At the Movies with Alan Gekko: Sleepy Hollow “99”

At the Movies with Alan Gekko: Sleepy Hollow “99”

MPAA Rating: R/ Genre: Horror/ Stars: Johnny Depp, Christina Ricci, Miranda Richardson, Michael Gambon, Marc Pickering, Casper Van Dien, Jeffrey Jones, Richard Griffiths, Ian McDiarmid, Michael Gough, Christopher Walken, Claire Skinner, Lisa Marie, Peter Guinness, Christopher Lee, Martin Landau/ Runtime: 105 minutes

When it comes to the timeless spook story that is The Legend of Sleepy Hollow by Washington Irving I can recall that my first experience with this material was when I found a physical copy of the story and read it during October one year in elementary school. A feat that, even at a very early age, established me as an effective teller of stories…..and someone who was responsible for a whole class having nightmares for a week…or so I was told (life is weird like that sometimes). Still incredibly fascinated and in love with the material nevertheless, I found myself endlessly rewatching Disney’s amazingly well-done animated version of the story, coupled with bone-chillingly perfect narration by Bing Crosby, when it was paired up with their equally as timeless take on The Wind in the Willows on VHS. Indeed even to this day, when I am in need of something spooky to watch I am usually able to find it in its entirety on Dailymotion and watch it before going off to sleep. Yet, it was also due to being a child of the 90’s that I had a vague familiarity with another version of this iconic tale; one that was released in 1999 and had the phenomenal talents of creative visionary Tim Burton at the helm and actor Johnny Depp in the lead role. However for whatever reason, most likely because it took me awhile to get ahold of a copy of the movie, it took me a fair amount of time to see this film from beginning to end, despite the fact that I have seen all the other movies Tim Burton and Johnny Depp have made together. Yet, perhaps because of their track record when working together, I was honestly hoping that this too would be good and honestly I was not disappointed! That is because not only is this a lovingly well-made and told version of a timeless story, but it is also proof that when a talented auteur and a phenomenal cast are all working at the top of their various acting abilities, the results are both movie magic at its finest and, especially in the case of this film, a trip through a nightmare that you won’t soon forget.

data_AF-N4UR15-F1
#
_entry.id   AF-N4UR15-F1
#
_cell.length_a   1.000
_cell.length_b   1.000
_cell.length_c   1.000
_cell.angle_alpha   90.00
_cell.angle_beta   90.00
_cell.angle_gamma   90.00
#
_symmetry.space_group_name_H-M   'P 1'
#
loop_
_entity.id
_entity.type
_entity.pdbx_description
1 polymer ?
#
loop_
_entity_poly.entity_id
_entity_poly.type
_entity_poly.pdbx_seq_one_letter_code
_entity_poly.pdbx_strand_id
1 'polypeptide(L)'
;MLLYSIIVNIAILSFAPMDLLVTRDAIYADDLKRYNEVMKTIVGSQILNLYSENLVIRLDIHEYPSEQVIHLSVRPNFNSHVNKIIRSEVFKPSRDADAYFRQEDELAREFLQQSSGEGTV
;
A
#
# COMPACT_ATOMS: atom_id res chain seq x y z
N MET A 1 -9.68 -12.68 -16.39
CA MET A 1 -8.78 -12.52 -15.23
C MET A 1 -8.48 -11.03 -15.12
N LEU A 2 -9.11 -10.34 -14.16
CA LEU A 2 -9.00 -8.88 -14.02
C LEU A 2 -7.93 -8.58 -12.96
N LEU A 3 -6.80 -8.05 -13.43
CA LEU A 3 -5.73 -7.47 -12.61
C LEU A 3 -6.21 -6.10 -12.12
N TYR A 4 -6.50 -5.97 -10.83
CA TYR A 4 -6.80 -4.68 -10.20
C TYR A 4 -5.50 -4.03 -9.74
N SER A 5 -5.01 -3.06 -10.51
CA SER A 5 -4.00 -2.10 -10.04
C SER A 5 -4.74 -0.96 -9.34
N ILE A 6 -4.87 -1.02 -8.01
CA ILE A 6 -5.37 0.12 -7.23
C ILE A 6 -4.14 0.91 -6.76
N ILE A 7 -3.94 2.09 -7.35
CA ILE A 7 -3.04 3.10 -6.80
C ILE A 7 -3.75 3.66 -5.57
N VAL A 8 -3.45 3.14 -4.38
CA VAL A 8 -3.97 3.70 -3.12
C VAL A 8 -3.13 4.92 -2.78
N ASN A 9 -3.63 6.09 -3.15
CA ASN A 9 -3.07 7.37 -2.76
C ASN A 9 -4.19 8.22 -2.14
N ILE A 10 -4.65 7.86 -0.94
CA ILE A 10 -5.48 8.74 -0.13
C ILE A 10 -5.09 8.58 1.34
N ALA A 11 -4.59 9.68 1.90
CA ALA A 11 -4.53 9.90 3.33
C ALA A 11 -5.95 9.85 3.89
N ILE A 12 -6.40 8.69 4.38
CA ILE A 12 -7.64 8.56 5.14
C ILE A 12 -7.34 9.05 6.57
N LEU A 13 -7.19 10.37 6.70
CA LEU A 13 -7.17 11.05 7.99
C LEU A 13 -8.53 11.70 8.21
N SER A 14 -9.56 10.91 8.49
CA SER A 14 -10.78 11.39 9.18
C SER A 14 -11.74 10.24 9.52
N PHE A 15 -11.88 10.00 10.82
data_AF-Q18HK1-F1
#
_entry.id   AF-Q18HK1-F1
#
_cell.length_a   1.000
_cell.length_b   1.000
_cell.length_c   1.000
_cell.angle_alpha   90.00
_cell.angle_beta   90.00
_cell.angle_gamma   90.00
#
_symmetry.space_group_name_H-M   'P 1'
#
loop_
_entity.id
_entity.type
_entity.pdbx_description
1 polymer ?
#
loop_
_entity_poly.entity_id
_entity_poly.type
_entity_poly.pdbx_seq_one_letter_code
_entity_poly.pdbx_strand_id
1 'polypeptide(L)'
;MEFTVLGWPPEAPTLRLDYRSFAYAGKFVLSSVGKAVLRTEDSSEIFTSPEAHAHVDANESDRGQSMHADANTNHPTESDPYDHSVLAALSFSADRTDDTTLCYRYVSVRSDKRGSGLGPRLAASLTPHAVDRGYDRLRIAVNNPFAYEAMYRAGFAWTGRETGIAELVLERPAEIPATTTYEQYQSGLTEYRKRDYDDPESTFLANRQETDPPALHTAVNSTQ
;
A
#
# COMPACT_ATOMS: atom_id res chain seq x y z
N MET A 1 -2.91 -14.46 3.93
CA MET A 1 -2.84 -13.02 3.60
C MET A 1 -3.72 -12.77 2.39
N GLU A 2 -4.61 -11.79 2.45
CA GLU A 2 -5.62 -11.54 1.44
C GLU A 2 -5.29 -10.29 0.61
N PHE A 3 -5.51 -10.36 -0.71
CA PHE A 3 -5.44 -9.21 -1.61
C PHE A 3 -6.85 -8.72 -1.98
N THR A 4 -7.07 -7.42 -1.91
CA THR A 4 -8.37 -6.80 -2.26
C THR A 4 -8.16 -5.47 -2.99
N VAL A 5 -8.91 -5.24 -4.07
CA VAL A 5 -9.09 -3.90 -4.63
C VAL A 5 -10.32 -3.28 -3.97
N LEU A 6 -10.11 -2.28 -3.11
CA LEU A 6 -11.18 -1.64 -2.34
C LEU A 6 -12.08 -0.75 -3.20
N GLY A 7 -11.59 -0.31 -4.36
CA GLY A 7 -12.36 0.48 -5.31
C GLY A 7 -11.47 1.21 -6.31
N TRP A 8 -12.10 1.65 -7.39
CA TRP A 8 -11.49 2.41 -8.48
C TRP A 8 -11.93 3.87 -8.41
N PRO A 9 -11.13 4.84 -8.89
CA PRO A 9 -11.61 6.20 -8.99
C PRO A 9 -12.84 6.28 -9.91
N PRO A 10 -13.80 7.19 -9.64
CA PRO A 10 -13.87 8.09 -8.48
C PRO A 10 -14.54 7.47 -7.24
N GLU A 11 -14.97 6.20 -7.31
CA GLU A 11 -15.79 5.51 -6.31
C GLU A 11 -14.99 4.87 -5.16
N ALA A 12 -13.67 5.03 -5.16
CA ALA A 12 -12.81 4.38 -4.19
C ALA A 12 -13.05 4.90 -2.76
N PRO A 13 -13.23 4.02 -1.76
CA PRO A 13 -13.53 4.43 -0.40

The plot is as follows: The movie takes us back in time to the city of New York in the late 1700’s where we are introduced to a young man by the name of Constable Ichabod Crane. Mr. Crane is a man we soon discern is meek, but brilliant and yet something of an outcast on the force. This is because while most of his colleagues are quick to just accept the simple explanation and use simple methods in their “investigations”, Ichabod would much rather devote as much time as needed to an investigation whilst also utilizing brand-new tools in the burgeoning field of “forensic science” in his attempts to solve crime. Soon though Ichabod will find his scientific mind and devices put to the test when he is assigned by his superiors to go and investigate a set of ghastly homicides in a nearby village known as Sleepy Hollow. It appears that someone has been killing people in the manner of decapitating the victim’s head in one perfect swipe straight from their body, and then taking the head with him. Yet despite his squeamish reservations about the assignment, Ichabod dutifully accepts his charge and travels straight away for the isolated community. Upon arrival, Ichabod finds a menagerie of the locals in town, including Lady Van Tassel, Baltus Van Tassel, Brom Van Brunt, and Reverend Steenwyck, all greeting him with varying levels of both unease and eagerness. That is until they sit him down and explain their thoughts on the string of killings that have been inflicted upon their community. Thoughts that deal with the community’s long-standing legend of a headless horseman who roams the countryside and who the town attributes the recent string of killings to. Yet while at first our scientifically-minded hero is, quite understandably, very skeptical about the involvement of such a specter, it isn’t until he is an unfortunate firsthand witness to another beheading that he is able to conclude that a otherworldly headless horseman is indeed the guilty party that is responsible for the tragedies occurring. Thus Ichabod, along with Van Tassel’s daughter Katrina, a young woman who may have a few skeletons in her own closet, sets out on a horrific quest to not only find out why the Headless Horseman’s reign of terror is occurring, but to utilize any means necessary in order to end it before any more lives are lost…..